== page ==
You can't use it outside of your pseudo elements (::before and ::after), and even in there, you can only use it with the content property. The disappointment was real. Yeah sure, there's some experimental support, but experimental support is just grown up talk for "perhaps Santa will bring it next Christmas". Stupid grown ups.

Source order matters

The first project I worked on as a professional developer had a single CSS file that was a couple thousands lines. There wasn't any real structure, and a typical case of what you might call an "append only" stylesheet. We once tried to split it up into manageable chunks and sew it together, but we soon realized that the order these chunks were ordered in was incredibly important.

Because in CSS, if two rules have the same specificity (don't even get me started on specificity), the source order decides the winner. The last rule specified overrules the first one. Or was it the other way around? I forget.

In my mind, the order of the classes applied to the HTML element should decide which one should take it all and win the specificity stand-off. Unfortunately, that's not the case. And I forget about once a week.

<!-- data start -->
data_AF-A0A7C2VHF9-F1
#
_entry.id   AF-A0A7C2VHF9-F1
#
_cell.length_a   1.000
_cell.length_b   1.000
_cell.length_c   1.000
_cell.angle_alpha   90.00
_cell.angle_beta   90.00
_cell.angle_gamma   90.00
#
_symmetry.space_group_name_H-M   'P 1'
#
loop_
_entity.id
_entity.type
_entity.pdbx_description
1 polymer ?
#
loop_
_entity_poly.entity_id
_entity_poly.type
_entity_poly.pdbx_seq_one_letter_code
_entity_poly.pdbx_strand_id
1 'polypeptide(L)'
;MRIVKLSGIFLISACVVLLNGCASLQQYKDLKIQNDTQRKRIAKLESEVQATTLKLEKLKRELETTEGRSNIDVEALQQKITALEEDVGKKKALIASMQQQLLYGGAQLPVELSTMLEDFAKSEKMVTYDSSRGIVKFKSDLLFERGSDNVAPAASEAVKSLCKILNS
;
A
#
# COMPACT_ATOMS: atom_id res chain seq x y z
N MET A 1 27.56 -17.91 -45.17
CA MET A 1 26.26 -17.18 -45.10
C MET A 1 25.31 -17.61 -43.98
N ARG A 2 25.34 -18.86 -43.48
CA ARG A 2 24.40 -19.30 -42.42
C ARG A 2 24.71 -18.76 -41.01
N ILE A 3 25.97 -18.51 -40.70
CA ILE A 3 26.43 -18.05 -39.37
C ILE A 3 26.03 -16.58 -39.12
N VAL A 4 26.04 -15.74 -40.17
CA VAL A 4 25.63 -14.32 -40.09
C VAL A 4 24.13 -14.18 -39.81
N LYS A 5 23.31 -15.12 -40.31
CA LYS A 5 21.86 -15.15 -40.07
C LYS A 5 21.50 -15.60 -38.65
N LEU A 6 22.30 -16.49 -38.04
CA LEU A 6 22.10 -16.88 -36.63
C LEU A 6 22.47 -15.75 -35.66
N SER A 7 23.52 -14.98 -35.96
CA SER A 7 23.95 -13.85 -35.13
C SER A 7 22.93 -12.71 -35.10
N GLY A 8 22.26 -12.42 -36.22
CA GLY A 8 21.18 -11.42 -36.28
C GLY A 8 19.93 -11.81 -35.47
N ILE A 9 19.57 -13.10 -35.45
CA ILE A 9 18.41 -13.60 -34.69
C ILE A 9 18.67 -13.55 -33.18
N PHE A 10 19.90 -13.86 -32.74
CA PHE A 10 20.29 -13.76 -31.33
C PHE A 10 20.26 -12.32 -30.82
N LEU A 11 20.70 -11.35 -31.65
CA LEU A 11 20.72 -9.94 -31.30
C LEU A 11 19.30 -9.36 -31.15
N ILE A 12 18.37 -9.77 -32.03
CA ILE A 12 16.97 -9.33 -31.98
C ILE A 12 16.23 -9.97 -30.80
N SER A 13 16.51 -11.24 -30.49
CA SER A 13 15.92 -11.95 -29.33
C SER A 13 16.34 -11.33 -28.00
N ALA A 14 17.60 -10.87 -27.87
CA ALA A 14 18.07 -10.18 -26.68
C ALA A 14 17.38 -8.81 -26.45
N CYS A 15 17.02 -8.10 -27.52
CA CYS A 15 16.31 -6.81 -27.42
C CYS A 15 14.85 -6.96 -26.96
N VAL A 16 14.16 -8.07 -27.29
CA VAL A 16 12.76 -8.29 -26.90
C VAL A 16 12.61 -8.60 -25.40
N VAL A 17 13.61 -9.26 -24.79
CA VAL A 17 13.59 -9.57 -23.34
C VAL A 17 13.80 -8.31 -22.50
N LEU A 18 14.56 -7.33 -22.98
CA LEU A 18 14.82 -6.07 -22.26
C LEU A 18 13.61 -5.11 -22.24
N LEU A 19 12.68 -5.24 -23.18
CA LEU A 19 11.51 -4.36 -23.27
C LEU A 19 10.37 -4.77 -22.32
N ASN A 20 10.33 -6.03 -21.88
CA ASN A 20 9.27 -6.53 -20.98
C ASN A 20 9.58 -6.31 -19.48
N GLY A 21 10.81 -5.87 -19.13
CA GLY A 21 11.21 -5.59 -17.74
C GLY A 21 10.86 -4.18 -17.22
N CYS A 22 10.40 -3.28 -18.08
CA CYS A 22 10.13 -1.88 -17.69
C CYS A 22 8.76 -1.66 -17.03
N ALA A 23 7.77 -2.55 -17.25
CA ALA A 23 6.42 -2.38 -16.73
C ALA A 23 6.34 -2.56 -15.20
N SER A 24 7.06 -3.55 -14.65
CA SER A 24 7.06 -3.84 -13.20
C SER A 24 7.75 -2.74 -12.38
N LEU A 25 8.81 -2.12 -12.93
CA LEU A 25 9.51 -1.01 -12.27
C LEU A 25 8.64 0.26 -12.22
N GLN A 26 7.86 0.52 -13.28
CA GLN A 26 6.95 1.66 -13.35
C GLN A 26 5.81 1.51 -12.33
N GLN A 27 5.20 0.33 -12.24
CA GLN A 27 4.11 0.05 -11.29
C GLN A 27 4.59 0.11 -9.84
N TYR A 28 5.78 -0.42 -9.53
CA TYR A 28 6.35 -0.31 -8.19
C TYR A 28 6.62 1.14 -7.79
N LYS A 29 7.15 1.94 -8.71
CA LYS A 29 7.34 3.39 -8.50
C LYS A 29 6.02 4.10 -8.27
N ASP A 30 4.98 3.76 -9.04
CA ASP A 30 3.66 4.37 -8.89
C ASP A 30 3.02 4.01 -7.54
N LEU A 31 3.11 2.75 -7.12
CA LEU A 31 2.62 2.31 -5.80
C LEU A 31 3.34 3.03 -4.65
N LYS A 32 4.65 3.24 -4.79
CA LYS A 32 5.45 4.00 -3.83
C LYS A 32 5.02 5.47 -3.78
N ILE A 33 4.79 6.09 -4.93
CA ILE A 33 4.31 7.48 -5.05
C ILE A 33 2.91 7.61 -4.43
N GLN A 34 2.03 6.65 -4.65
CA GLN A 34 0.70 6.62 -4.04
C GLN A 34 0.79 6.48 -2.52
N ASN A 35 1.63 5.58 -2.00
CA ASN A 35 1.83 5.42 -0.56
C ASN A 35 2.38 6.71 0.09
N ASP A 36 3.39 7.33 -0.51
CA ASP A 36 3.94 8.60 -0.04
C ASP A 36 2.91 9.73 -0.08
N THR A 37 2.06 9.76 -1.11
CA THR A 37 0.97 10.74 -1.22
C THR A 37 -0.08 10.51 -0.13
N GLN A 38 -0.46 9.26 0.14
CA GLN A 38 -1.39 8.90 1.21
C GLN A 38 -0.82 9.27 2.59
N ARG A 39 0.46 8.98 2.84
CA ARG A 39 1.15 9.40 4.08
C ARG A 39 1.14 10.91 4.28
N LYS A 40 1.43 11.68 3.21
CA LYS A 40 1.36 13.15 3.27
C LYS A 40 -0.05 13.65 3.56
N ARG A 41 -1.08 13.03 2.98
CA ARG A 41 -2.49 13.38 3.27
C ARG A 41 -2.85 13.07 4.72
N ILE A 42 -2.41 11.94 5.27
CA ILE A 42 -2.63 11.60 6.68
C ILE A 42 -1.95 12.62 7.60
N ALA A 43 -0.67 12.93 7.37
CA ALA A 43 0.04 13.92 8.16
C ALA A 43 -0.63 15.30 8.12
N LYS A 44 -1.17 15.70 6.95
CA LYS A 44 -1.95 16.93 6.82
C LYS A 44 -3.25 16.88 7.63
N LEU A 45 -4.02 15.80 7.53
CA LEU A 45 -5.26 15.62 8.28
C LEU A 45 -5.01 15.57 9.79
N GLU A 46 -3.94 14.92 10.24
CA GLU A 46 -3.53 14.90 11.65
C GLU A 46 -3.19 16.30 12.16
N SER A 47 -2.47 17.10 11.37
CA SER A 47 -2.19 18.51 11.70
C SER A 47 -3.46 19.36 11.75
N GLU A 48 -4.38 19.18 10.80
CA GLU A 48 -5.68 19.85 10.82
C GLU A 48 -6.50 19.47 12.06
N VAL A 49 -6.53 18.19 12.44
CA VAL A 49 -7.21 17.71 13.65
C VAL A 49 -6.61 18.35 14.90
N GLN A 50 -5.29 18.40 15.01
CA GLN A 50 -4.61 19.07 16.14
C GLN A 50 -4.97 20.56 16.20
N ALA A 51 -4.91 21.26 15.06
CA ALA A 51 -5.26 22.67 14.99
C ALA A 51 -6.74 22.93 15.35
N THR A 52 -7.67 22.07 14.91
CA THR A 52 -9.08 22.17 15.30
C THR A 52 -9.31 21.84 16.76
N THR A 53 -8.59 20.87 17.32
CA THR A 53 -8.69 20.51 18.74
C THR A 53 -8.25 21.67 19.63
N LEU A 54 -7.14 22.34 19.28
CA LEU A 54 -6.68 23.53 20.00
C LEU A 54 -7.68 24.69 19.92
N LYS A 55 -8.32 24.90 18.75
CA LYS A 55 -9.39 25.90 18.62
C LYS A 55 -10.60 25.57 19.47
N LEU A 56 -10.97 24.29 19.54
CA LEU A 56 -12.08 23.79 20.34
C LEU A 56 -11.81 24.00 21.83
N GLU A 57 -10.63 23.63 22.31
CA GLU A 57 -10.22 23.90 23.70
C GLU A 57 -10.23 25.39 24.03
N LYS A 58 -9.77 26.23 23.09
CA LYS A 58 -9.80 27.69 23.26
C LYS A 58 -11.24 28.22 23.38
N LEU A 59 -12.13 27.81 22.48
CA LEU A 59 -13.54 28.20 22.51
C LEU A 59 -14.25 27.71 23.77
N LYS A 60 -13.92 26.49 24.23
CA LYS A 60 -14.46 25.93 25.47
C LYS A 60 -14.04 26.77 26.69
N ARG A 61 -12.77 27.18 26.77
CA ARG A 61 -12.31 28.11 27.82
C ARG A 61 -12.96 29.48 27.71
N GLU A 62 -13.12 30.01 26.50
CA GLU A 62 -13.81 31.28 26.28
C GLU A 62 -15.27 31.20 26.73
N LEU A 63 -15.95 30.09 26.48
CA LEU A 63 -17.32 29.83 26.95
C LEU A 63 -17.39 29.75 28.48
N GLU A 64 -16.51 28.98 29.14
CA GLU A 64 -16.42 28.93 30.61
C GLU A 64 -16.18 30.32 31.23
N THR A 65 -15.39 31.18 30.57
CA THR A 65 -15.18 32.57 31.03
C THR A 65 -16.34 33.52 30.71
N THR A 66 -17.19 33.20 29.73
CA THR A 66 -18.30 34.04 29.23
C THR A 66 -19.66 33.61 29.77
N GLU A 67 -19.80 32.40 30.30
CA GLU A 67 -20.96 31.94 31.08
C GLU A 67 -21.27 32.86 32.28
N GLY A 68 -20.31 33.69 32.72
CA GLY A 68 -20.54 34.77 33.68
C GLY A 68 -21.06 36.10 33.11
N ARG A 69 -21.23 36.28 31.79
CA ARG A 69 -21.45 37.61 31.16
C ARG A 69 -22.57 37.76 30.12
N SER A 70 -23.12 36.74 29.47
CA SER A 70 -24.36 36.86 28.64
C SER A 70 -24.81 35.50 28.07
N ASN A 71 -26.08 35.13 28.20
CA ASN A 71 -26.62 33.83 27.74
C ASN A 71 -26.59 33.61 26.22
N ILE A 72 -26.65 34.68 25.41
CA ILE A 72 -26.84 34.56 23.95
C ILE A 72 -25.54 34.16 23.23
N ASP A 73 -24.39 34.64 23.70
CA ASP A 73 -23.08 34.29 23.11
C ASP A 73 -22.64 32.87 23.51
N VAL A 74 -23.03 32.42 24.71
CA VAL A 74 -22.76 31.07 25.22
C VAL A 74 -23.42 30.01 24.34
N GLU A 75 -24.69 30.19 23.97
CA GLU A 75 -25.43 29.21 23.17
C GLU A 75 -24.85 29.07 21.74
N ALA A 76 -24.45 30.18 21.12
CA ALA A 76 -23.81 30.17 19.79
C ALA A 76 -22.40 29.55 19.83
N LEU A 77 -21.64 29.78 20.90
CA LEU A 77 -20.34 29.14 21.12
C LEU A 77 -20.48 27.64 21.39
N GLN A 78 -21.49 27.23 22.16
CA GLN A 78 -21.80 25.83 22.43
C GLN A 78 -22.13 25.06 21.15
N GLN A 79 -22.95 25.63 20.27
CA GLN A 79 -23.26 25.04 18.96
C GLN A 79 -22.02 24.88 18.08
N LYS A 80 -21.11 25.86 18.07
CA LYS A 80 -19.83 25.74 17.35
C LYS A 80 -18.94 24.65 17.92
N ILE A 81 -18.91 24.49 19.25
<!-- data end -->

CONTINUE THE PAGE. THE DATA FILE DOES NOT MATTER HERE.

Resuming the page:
Before and after I discovered replaced elements

Here, the other day, I was minding my own business, when I was trying to style an image to have a gradient overlay show up on top of it on hover. I reached for the ol' ::after to create the overlay - and to my surprise - it didn't work!

Turns out the <img /> tag is one of a very special set of what's called "replaced elements", which can't have these fancy properties for some reason. You can read all about it here, but the end result is that <img />, <svg />, <iframe /> and a few other important tags just don't have pseudo elements associated with them.

Non-flexible fieldsets

Fieldsets are nice to have when you want to group a bunch of inputs together. However, if you're trying to apply display: flex to it, you're out of luck. You'll find some answers in this Stack Overflow post, but the sad truth is that it's just not supported. Except in Firefox.

CSS for life!

I mean, I still love CSS. It's what brings color, layout and sparkles of joy to my day. That doesn't mean I can't hate it at times. It's really good at most stuff, but it does have its quirks. Like good ol' crazy grandma.